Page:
Just two days after the launch of its XScale processor, Intel has already picked up endorsements for its new mobile chip from three Japanese manufacturers of PDAs (personal digital assistants).
The XScale processor comes in two main types: the PXA250, aimed at high-end PDAs, and the PXA210, aimed at mobile phones and entry-level PDAs. The chips are based on processor cores from design house Arm Ltd., just like the company's current offering for PDAs, the StrongArm microprocessor. Intel intends to continue supplying StrongArm chips in addition to XScale.
One of the first companies expected to show an XScale-based processor is Fujitsu Siemens Computer BV, a German-based unit of Fujitsu Ltd. The company has announced plans to show a new PDA, the Pocket Loox, at the Cebit trade show, which begins in Hanover on March 13.
While that PDA has been developed in Europe and will be targeted at the European market, Fujitsu in Japan also has plans to produce an XScale PDA, according to a spokesman in Tokyo.
Toshiba Corp. said it plans to launch a similar product. Expected to be available in the U.S. in the second quarter of this year, the company's machine will be based on a 400MHz version of the new chip and pack built-in wireless functions and dual expansion slots, the company said in a statement.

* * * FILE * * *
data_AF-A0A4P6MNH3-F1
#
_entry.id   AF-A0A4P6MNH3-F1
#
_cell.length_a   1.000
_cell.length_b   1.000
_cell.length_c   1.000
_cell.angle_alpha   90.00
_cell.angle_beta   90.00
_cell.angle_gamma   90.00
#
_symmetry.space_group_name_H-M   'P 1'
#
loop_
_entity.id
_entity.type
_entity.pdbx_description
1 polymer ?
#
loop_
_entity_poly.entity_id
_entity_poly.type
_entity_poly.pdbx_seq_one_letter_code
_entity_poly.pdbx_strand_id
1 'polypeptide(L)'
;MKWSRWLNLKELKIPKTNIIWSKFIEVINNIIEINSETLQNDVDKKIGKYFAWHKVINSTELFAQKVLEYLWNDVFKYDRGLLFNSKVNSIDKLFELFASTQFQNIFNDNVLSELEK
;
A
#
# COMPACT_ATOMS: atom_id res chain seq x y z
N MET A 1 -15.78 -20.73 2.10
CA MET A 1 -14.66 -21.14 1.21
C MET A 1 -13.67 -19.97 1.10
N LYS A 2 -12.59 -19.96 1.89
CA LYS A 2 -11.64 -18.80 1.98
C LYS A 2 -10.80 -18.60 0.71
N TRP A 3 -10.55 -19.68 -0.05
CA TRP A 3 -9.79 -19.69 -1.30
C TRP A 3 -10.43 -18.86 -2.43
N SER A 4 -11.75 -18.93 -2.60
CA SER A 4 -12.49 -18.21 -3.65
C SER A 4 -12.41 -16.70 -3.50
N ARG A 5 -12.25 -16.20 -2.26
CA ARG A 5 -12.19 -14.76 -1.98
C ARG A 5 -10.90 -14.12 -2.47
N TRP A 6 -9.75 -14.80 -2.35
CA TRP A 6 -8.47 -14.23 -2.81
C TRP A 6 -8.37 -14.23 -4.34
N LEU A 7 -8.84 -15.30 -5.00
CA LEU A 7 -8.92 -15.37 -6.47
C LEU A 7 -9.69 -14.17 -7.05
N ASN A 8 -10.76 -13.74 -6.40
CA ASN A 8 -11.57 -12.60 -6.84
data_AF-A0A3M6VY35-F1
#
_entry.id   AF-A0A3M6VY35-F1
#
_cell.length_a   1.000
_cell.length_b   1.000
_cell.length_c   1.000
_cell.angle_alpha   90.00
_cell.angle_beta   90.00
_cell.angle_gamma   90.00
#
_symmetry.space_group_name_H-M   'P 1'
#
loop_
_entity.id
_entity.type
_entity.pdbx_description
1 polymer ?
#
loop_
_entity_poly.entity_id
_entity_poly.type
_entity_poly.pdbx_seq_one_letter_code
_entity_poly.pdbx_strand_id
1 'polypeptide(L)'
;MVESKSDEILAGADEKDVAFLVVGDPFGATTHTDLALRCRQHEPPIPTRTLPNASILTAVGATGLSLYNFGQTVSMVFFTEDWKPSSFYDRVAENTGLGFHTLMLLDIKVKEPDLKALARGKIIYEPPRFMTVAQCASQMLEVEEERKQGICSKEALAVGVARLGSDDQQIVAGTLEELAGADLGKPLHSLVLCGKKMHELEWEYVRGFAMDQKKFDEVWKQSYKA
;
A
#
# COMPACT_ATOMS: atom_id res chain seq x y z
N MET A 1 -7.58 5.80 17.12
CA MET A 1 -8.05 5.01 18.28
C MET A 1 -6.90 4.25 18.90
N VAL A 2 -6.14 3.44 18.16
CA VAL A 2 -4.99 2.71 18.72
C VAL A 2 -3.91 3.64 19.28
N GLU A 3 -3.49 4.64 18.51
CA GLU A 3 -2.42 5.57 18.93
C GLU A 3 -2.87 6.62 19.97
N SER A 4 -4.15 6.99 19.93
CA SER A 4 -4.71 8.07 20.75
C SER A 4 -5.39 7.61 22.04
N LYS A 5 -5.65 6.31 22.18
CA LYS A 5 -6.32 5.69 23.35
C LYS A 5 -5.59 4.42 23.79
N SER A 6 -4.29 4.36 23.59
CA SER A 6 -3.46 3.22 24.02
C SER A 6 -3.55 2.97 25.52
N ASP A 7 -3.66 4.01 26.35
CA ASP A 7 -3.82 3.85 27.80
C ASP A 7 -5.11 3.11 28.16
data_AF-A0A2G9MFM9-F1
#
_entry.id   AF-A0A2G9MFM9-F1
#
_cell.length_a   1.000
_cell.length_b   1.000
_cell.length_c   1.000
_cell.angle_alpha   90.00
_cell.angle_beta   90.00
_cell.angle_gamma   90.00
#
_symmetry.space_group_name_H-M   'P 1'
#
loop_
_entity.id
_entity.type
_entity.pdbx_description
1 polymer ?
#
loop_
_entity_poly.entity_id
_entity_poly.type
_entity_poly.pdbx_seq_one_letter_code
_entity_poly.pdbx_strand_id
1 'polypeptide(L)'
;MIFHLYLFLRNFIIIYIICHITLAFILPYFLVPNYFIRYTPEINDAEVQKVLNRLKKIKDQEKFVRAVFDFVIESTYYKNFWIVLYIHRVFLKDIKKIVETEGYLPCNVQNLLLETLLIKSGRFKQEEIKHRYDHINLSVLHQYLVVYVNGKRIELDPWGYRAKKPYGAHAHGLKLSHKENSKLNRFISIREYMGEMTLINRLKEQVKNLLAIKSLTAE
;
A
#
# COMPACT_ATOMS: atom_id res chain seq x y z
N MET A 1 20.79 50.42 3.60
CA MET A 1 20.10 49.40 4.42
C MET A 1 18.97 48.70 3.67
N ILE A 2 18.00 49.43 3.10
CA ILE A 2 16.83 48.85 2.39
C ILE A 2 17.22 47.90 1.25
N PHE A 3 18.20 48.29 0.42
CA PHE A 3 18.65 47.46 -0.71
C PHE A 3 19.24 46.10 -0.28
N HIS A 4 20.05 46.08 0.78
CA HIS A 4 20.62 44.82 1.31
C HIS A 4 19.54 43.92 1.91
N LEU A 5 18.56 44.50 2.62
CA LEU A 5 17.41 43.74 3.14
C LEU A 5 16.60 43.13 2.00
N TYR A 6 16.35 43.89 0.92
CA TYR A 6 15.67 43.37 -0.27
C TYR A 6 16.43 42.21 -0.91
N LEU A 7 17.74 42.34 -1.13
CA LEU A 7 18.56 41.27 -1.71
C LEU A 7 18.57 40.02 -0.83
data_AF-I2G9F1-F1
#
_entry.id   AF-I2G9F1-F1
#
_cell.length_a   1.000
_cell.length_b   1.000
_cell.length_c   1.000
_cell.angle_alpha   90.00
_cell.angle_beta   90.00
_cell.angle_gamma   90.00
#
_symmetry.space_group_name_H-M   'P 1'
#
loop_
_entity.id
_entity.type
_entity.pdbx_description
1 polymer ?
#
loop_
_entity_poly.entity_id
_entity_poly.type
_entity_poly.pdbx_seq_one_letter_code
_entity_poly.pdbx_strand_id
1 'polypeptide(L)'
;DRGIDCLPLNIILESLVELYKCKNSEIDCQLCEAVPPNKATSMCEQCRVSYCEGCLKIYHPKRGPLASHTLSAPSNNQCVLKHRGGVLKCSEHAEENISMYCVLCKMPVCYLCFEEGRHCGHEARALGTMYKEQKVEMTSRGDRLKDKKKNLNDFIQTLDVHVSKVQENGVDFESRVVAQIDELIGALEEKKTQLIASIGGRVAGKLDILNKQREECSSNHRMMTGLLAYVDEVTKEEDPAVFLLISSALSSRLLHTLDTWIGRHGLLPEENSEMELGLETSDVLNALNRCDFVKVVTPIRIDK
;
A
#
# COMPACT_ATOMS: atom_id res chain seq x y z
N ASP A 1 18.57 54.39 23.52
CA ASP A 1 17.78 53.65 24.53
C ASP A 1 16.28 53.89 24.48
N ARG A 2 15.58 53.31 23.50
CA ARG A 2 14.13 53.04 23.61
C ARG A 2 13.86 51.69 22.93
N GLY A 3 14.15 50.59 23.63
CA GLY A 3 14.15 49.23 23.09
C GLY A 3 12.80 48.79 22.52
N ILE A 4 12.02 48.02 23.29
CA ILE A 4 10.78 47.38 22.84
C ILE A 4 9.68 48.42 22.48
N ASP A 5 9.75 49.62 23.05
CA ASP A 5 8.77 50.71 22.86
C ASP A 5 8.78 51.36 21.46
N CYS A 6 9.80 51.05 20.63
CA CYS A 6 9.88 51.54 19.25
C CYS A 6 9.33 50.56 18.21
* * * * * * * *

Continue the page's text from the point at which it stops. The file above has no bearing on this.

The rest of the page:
Casio Computer Co. Ltd. has plans to use the chip too, according to company spokesman Kouichi Nishizawa. Casio was one of the first Japanese companies to produce Windows CE-based PDAs and will soon be launching one of the first machines based on Pocket PC 2002. While it has plans to begin using Intel's new chip in place of the StrongARM processors it currently uses, Nishizawa said the company has no detailed schedule yet.
Intel has backing from three of Japan's seven main PDA makers. Among the others, Sony Corp. said it has yet to make up its mind.
"We are very interested in the chip but we don't have any specific plans," said Mina Naito, a spokeswoman for Sony. Unlike its local competitors, Sony produces PDAs based on the Palm operating system. Palm Inc. will support the XScale in new versions of its operating system.
NEC Corp., which along with Fujitsu and Toshiba launched its PDA business last year, said it currently has no definite plans to use the chip, although it does not rule out using it in the future.
Hitachi Ltd., which has announced plans to enter the PDA market but has yet to release its first model, said it is currently evaluating the chip and could make an announcement as soon as next week.
Sharp Corp., which produces PDAs based on its own proprietary Zaurus platform, uses chips from Hitachi's SH family of microprocessors and has no plans to change that at present, a spokesman said.